Zombies? Who'd be silly enough to put zombies in a Green Lantern story?
The ring abides, just as Hal notices the jumper outside his window. Being the hero that he is, he leaps out the window to help. Unfortunately for him, he is now no longer without fear and the fact that he is now several hundred feet above the ground breaks his concentration and he falls, plummeting to the earth.
Proving that there's more to being a hero than just wearing the ring, Hal summons the strength of will to overcome his fear and manages to right himself and slowly works back up to the ledge with the jumper. Exhausted, he sits on the ledge to collect his wits, and to try and figure out just what to do next to save the kid when he can barely manage to save himself.
Hal doesn't have to worry too much, however, as the jumper has figured out Hal's secret plan all on his own. His shaky performance was all an act to show him that everyone gets scared, but the important thing is just to keep on going and to overcome. Not one to look a gift horse in the mouth, Hal let's the jumper believe he was right. Learning his lesson, he decides to give life another try.
Hal is left alone on the ledge, resigning himself that he has to know work up the strength of will to attempt to move and get himself down from the ledge.
SO, WHAT DID WE LEARN...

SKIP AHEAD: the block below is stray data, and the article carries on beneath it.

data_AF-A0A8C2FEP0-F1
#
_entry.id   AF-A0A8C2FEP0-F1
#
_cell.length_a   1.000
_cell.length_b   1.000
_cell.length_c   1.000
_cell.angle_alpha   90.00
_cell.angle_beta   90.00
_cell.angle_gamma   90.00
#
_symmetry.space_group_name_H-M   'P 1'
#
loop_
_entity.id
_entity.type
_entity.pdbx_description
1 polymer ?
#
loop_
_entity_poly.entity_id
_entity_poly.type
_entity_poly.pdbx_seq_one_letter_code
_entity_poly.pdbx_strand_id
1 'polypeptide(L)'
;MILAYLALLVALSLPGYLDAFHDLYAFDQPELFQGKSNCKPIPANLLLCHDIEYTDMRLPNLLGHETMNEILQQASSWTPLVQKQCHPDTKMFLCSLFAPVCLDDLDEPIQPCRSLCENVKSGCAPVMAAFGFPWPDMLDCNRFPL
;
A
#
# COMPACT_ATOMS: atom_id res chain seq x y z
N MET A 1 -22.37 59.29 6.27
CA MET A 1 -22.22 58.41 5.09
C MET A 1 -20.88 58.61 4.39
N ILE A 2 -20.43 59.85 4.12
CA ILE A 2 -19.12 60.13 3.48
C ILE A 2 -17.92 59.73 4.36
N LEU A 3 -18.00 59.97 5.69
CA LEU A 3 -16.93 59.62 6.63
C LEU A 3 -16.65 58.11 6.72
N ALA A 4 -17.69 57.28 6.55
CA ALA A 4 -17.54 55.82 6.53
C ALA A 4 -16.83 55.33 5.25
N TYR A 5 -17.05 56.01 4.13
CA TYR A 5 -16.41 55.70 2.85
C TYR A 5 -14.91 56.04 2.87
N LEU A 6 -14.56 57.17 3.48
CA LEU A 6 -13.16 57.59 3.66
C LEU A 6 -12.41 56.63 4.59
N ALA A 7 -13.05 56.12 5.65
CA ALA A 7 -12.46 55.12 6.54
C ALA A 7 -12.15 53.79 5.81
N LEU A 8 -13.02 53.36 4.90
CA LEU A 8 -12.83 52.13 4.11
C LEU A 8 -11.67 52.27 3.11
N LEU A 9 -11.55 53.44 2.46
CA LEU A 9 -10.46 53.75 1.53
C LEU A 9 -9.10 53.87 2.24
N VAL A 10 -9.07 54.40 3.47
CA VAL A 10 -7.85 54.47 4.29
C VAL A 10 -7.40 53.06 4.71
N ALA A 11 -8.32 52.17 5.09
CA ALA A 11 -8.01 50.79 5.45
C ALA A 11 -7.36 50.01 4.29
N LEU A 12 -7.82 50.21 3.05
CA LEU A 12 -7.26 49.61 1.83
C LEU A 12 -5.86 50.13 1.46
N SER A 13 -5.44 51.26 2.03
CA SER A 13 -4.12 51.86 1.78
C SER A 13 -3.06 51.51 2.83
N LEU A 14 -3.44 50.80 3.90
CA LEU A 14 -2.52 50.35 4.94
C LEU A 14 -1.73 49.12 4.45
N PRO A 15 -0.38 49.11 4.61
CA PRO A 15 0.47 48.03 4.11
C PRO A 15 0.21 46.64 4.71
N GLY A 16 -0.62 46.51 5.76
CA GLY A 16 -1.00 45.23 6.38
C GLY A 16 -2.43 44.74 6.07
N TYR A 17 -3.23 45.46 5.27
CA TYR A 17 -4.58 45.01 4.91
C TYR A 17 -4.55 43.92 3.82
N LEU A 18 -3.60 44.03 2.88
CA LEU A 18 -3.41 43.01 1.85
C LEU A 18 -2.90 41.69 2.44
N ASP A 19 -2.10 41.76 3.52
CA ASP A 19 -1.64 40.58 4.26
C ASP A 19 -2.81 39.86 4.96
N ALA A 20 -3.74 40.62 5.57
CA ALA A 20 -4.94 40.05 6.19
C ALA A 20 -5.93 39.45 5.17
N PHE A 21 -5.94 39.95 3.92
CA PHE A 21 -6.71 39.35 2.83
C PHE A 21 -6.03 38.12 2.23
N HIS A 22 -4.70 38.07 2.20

Before Geoff Johns re-imagined the concept of the Green Lantern side of the DCU, I had never really had that much invested into the character. I'm therefore at a bit of a loss to know whether the revelation about Hal's lobotomy from the ring was canon at the time, or if that was an aspect of this individual story that was further explained and dealt with in it's entirety in this story.
Irregardless, I don't like it. I don't like the fact that the ring altered the bearer to be without fear. Where's the willpower to overcome fear come from, if the ring just does all the work for you.
Peter David is a talented writer that I generally enjoy, so I'll give him the benefit of the doubt without having read the entire story that he knew what he was doing and that there's more to the story.
I guess I'm just spoiled, as my "golden age" with the character of Green Lantern began with Green Lantern Rebirth. It's pretty much the gold standard for how to tell a long form, superhero epic. Everything else pales in comparison, so I guess it's unfair to hold an eight page story in an anthology title to the same standard.
Don't feel too bad for Peter David, however, as my "golden age" for Hulk begins and ends with his run. It honestly hasn't been the same since.
I don't look forward to the day when Geoff Johns finally calls it quits with Green Lantern...a blackest night indeed.
Up next...Phantom Stranger!
All characters and artwork reproduced are (c) DC Comics.Stay tuned for part 2 of our review, featuring a story with The Phantom Stranger!
Related links for your surfing pleasure...
Related links for your surfing pleasure...
- Peter David's official website